Exclusive Q&A with Gene Pao HBS '97

Join us for an event with Gene here!

Gene Pao HBS '97 is currently EVP, Strategy and Digital at Shout! Studios, an independent film and TV distributor, where he oversees overall company strategy, production, marketing, distribution, and digital operations. Over the past several years, Shout has expanded its business to indie film distributionhaving released a number new films this year including LINOLEUM (Jim Gaffigan), THE MAGIC FLUTE (F. Murray Abraham), WHAT'S LOVE GOT TO DO WITH IT? (Shazad Latif, Lily James, Emma Thompson), and hitting theaters on 9/29, THE KILL ROOM (Uma Thurman, Samuel L. Jackson, Joe Manganiello). Prior to Shout, Gene spent 12 years at Disney, Fox, and NBCU in cable distribution, digital media, and live sports broadcasting/livestreaming. In 2022, Gene was named one of the Top 40 Most Important People In Streaming by Media Play News.

Q: We’re so excited to be hosting you for a virtual event later this week! Can you talk a little more about your experience in film distribution as EVP of Strategy and Digital at Shout! Studios? What does your day-to-day look like?

I have highly experienced and capable leaders running the departments under my purview—distribution, marketing and product management, production, creative srevices, operations, and digital. As a result, I see my role as “connecting the dots” and making sure that all parts of the organization are running well together. I spend most of my time in meetings, reviewing materials, and analyzing data, but there is also the fun stuff, such as evaluating the viability of new film and TV acquisitions and projects. I always look forward to the weekly “projection” meeting, where we talk about the merits of potential acquisitions and the revenue potential across various distribution platforms including streaming, television licensing, and 4K. We take into consideration the genre, cast, awards potential, and other factors that affect the revenue generating capability of a film or TV project. We also look at projects in all stages of developmentfrom scripts and TV pitches, to finished titles and classic film and TV.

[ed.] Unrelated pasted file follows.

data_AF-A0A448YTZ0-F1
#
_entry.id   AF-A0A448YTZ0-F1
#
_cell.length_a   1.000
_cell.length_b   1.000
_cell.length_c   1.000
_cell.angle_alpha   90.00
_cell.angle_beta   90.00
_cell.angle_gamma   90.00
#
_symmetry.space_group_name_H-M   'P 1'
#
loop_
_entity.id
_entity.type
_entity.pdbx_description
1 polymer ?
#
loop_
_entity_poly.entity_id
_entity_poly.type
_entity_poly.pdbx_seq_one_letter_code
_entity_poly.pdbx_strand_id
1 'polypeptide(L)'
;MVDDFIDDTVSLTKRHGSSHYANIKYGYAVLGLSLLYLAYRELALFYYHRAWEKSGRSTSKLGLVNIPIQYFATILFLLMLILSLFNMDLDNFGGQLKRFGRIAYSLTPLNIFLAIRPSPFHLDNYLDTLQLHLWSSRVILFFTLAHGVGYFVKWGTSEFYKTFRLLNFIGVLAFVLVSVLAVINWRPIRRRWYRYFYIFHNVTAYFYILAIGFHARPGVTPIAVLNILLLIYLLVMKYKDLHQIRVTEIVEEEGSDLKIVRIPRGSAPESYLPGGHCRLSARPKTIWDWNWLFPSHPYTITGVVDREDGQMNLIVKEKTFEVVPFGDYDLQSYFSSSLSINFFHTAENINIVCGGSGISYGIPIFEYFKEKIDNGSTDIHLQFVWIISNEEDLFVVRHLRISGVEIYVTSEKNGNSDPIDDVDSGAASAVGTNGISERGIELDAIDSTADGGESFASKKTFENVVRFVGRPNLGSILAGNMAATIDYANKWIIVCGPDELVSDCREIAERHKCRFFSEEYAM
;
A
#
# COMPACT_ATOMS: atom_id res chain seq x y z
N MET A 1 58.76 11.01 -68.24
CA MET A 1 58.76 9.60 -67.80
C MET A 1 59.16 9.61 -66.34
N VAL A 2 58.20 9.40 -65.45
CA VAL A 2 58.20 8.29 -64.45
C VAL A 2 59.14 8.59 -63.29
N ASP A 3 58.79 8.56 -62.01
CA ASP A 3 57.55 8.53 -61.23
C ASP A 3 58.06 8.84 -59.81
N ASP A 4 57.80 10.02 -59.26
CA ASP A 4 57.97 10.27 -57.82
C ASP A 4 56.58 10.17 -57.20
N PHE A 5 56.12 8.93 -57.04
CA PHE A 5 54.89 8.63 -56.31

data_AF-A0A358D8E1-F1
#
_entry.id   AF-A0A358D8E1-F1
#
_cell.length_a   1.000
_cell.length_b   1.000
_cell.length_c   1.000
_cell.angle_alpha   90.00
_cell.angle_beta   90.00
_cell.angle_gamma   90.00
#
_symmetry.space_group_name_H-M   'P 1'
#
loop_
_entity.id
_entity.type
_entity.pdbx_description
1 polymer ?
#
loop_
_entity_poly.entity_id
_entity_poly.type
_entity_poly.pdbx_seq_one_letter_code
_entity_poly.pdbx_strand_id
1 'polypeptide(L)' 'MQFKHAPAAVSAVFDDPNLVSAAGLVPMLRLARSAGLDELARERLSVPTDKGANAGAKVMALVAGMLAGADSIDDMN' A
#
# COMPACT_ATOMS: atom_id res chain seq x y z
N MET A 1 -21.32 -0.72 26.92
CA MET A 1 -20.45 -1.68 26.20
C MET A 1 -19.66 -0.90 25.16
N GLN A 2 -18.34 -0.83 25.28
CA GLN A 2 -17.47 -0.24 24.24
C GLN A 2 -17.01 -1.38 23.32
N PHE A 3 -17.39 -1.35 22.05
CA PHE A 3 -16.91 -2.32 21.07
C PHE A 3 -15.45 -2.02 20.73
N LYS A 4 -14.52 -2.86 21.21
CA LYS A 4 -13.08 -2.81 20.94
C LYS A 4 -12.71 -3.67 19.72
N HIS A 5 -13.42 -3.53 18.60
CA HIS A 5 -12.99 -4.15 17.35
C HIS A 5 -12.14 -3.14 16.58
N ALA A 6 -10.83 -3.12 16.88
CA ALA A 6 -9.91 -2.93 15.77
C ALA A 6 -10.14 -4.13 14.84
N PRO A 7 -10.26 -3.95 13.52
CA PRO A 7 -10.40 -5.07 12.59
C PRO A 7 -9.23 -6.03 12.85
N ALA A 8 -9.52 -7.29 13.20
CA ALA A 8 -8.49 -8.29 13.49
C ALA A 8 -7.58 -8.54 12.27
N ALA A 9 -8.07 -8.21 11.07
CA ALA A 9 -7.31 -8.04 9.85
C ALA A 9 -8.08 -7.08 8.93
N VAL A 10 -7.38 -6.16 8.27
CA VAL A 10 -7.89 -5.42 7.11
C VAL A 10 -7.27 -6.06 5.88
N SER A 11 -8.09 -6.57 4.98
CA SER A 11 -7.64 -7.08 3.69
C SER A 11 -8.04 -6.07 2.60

Q: What about your background prior to your time at Shout? How does your time at Harvard Business School impact your work today, if at all?

Prior to Shout, I spent 12 years working at studios, 6 years at Disney/ESPN, 4 years at Fox, and 2 years at NBC Universal. I had the chance to work with incredible properties and amazing people, and my experiences there have set me up for success at Shout. At Disney, I played a major role in launching the first VOD and interactive television services. At Fox I got involved in live production of action sports events (surfing, skateboarding, snowboarding, etc.). One of the most exciting (and exhausting) experiences is being in a production truck with a crew producing a live sports event for broadcast. Working in live production is not for the faint of heart! At NBCU, I worked at the Golf Channel and later with the show THE BIGGEST LOSER learning many of the ins and outs of producing world class sports and entertainment television programs.

I think Harvard has had a profound effect on my career in two primary ways: 1) the HBS experience gave me a new perspective on my professional career and expanded my career options, and 2) the HBS and Harvardwood network has opened up opportunities that I would not have otherwise had, and the relationships have given me the guidance and inspiration to do more.

Q: What’s your favorite part about your role at Shout, and what challenges you the most in your role?

The favorite part of working for Shout is being able to work at the intersection of business and “professionally produced” audiovisual media. I’ve grown to appreciate all types of video media, from TV to film, scripted to unscripted entertainment, sports, and news. I’ve come to appreciate the different delivery platforms such as streaming, television, theatrical, physical (DVD and Blu-ray), as well as the different business models from transaction, to subscription, to ad-supported, and the various flavors in-between. To me, the greatest challenge is how to take advantage of new technologies to develop programs and enhance the video viewing experience. A great example is the MYSTERY SCIENCE THEATER 3000 TURKEY DAY MARATHON, now in its tenth year, where we run a livestreaming event on interactive platforms such as YouTube and Twitch. We’re creating online viewing parties with over 100,000 MST3K fans and thousands interacting with each other through chat and other means.